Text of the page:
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BenefitSource Insurance Services, Inc.

28 Argonaut, Suite 100
Aliso Viejo, CA 85254

Our Challenge

It seems most people we speak with are focused solely on matching their current coverage limits and the cost of their insurance policies, and not the actual risks that they are trying to protect against. The various "Save X % in Y minutes" advertising has falsely framed personal insurance as a commodity, causing many consumers to focus solely on the cost of coverage. As a result, many consumers learn at the worst possible time—after an uncovered loss. The words used by product peddlers to lure them into buying a "low cost" insurance policy mean just what the peddlers intended them to mean: save money now/never mind the protection.

Of course, consumer obsession over the search for a "good deal" is not unique to the insurance industry. Carl Richards, the author of Behavior Gap, reminds us that consumer focus on product is exploited by those who are paid to sell product. He explains, "Most of us are trained to think 'What' first, because it's what you hear about all day long. But 'What' questions should come after we think about 'Why' and 'How’. Starting with 'Why' means achieving clarity about your insurance expectations and creating a plan."

Deceitful advertising that frames cost as the only factor in buying insurance has robbed consumers of the ability to ask the larger, far more important questions. Even simple questions like, "Why am I buying this insurance policy?" "Why buy insurance for your home, for your car, or to protect your assets from lawsuits?" The purpose of insurance is to transfer large losses from you to the insurance company, isn’t it?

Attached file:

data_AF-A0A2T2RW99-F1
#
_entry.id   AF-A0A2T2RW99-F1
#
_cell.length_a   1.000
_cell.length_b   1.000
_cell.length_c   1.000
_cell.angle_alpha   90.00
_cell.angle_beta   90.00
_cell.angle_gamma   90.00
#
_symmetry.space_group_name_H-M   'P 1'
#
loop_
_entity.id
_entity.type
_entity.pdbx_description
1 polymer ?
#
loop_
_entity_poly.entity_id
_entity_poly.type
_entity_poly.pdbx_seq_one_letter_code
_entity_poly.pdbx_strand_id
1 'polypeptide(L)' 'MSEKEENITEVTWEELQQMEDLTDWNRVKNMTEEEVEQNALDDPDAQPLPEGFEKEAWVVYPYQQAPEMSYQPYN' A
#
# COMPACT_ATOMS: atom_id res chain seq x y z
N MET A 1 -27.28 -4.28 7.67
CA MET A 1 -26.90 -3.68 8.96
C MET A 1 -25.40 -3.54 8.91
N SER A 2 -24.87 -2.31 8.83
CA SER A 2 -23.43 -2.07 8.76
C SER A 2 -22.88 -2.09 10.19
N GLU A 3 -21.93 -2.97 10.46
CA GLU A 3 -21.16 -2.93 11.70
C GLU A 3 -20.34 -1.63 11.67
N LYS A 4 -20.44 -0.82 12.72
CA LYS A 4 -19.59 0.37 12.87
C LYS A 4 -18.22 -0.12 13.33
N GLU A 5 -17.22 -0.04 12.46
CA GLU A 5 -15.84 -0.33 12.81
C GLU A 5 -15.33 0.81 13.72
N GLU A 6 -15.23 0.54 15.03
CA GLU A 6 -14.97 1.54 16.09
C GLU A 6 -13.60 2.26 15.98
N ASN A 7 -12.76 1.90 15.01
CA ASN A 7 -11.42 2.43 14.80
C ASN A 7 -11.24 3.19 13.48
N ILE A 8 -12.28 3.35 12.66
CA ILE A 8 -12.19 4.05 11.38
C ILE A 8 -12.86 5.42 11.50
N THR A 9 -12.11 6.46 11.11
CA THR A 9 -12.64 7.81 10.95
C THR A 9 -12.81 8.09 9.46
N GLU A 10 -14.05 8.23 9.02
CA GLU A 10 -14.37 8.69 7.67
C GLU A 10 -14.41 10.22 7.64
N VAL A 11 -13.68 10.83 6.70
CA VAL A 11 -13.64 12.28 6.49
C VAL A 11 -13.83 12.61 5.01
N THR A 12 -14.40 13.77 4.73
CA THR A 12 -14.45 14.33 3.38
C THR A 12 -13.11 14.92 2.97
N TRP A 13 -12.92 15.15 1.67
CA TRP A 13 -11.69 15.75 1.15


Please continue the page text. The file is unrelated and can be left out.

If you start with the ‘why’ you can shift your focus to the reason why you buy insurance and to what extent you want it to protect you. Then you move to the ‘how’ to make sure that your policies will actually protect you or least know to what extent they’ll protect you. Now you can focus on the ‘what’ – finding the best price on coverage that you actually need.

Illustrating the problem

When we review the insurance plan of a typical family, this is what we usually find:

  • Auto and home insurance with one agent. Life insurance (and occasionally disability insurance) through another agent. Both agents tend to be specialists and no effort to make sure that all the client’s major risks are dealt with, leaving them with risks either not covered or inadequately covered.
  • Car insurance liability of $100,000 per person, which is grossly inadequate in today's legal environment.
  • Home liability of $300,000 per accident, which is grossly inadequate and inconsistent (all liability limits should be the same because they're protecting the same assets).
  • No personal umbrella policy which is only way to protect against a legal settlement that is beyond the auto and home insurance liability limits.
  • Health insurance through work with no advice as to which option is best. Perhaps the plan chosen has significantly higher deductibles and out-of-pocket limits that are beyond their affordability for out-of-network coverage.
  • A $100,000 group life insurance policy which usually stays with the employer when the employee leaves. Today, the head of the household typically needs a minimum of $1 million of total of coverage. The spouse usually has the same level of life insurance or has none at all.
  • A $200,000 personal accidental death policy purchased from the mortgage company that covers only part of the risk—from accidents only. There is generally no coverage for death from an illness, which is the major cause of death at any age. The beneficiary is usually the mortgage company rather than the dependents.
  • No long-term disability insurance, unless the employer provides it. Even when it is provided, group insurance benefits usually cover 60 percent of earnings and are taxable leaving them with 45 percent of their pre-disability earnings. Most people need some kind of additional supplemental disability policy.

This mixed bag of insurance policies has no coordination, is clearly way out of balance, and premiums are being poorly allocated. If anything were to happen if would be financially disastrous.

What's missing from nearly everyone's program is a personal risk manager or overseer, someone skilled in every area of insurance who can make sure that their plan is in balance, all the coverage limits are adequate, and all the major gaps are covered. And, of course, makes sure that the premiums as low as possible.